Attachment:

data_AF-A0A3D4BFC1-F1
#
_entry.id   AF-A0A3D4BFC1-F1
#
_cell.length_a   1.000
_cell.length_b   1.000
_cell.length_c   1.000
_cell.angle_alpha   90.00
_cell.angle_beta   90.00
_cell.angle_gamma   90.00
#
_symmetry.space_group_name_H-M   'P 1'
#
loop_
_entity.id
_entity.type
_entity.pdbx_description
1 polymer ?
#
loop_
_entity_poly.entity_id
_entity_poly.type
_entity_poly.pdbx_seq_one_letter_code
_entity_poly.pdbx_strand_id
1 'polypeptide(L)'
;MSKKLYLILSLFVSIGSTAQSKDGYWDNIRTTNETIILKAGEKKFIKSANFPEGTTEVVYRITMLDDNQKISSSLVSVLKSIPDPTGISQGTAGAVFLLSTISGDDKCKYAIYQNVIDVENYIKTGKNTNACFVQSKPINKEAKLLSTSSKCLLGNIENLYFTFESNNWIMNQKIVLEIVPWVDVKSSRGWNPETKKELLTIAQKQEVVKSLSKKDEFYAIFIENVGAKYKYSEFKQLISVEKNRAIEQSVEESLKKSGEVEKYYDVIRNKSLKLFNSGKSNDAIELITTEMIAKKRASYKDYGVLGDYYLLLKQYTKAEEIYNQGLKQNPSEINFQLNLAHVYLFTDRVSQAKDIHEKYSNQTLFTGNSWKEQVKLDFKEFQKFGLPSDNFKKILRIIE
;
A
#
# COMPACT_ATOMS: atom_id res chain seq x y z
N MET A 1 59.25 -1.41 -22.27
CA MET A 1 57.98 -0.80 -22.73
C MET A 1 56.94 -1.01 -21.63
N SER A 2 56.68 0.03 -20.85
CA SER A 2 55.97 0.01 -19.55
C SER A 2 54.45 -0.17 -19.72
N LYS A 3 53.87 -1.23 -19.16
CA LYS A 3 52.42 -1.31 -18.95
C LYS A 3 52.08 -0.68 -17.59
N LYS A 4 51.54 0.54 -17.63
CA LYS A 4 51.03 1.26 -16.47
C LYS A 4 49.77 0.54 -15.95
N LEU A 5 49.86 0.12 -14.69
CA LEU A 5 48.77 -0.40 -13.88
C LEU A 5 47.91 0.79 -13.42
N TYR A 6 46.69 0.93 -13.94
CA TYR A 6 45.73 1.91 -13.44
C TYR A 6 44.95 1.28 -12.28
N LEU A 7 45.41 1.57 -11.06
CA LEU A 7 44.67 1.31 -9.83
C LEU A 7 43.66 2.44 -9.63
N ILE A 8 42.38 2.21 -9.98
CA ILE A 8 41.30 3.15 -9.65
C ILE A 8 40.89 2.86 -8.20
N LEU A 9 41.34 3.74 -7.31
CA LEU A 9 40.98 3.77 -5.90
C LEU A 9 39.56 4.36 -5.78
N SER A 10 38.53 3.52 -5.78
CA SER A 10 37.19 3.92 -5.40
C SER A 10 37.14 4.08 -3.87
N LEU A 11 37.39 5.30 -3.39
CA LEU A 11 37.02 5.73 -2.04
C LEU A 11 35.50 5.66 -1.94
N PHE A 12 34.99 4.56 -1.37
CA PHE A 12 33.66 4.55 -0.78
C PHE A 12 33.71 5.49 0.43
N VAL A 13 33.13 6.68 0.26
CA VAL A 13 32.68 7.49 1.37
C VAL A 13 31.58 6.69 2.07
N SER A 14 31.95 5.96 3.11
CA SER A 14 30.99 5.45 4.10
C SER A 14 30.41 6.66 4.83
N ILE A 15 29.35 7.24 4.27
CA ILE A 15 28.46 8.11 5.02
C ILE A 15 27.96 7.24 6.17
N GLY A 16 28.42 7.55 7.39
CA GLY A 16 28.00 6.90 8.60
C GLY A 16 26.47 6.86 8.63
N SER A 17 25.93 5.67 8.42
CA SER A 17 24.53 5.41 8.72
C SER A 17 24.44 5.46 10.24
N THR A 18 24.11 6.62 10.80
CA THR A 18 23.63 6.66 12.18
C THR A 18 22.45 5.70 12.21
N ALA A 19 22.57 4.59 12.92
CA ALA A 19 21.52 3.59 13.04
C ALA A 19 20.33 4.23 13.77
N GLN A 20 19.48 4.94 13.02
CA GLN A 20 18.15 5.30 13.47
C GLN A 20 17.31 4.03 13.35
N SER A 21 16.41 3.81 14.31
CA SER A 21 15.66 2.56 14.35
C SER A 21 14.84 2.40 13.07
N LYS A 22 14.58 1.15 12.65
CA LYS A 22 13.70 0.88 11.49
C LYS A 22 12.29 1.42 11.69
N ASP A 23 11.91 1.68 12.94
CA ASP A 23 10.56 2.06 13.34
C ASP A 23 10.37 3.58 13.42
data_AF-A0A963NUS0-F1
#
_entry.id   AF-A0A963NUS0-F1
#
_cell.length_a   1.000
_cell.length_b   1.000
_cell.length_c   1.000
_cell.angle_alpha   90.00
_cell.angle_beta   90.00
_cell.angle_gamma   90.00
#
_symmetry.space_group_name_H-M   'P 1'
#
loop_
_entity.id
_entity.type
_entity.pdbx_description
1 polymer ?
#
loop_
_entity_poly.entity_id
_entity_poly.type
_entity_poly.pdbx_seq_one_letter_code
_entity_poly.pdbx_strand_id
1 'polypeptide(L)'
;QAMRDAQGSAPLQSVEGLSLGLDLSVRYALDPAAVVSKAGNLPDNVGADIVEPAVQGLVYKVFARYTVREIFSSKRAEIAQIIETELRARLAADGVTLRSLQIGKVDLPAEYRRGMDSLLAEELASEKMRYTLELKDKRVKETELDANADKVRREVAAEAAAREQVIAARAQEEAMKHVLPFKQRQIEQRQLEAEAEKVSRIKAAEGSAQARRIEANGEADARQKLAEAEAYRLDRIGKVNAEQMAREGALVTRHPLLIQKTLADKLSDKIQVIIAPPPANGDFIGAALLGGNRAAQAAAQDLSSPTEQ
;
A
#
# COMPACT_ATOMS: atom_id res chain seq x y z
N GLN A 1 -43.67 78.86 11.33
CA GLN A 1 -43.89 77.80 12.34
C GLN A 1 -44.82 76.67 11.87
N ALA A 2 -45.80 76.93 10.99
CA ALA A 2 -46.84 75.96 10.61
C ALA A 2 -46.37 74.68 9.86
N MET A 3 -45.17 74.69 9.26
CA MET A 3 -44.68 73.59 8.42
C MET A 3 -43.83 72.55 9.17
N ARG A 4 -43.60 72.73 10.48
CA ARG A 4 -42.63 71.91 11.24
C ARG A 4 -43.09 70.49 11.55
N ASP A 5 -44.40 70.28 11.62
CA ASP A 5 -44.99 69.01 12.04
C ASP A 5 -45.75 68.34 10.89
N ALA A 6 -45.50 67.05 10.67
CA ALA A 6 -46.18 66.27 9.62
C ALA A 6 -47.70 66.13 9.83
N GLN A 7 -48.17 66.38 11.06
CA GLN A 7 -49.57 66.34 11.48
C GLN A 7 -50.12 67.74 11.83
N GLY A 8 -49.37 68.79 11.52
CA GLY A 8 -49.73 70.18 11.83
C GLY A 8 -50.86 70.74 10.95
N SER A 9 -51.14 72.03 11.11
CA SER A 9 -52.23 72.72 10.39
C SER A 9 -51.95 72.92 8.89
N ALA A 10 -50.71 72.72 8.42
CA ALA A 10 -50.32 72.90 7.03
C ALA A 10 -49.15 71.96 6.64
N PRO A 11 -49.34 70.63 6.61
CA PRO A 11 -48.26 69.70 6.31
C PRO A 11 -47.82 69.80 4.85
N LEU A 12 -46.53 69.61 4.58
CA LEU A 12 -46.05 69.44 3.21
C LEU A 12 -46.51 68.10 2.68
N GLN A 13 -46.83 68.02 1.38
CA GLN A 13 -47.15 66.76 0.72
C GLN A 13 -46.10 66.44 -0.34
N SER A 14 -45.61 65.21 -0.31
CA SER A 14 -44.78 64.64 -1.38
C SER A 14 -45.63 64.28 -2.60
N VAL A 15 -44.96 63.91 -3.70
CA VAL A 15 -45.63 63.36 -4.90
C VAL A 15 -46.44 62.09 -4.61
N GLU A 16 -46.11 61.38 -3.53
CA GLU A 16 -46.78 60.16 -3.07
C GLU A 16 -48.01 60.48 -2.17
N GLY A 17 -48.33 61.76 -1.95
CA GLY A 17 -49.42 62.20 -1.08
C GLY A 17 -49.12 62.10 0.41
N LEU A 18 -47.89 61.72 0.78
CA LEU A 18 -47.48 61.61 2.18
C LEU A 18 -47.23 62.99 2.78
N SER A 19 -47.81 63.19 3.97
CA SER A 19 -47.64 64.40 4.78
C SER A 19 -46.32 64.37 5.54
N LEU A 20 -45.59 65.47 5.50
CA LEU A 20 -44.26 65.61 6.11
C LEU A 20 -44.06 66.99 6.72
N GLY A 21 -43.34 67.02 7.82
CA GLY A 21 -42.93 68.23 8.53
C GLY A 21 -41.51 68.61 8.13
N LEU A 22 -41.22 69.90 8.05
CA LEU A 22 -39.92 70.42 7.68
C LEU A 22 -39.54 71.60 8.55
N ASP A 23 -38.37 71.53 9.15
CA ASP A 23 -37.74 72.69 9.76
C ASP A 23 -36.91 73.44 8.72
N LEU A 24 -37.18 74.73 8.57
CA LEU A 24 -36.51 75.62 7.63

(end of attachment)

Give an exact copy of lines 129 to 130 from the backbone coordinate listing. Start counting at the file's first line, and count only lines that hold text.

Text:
# COMPACT_ATOMS: atom_id res chain seq x y z
N GLN A 1 -43.67 78.86 11.33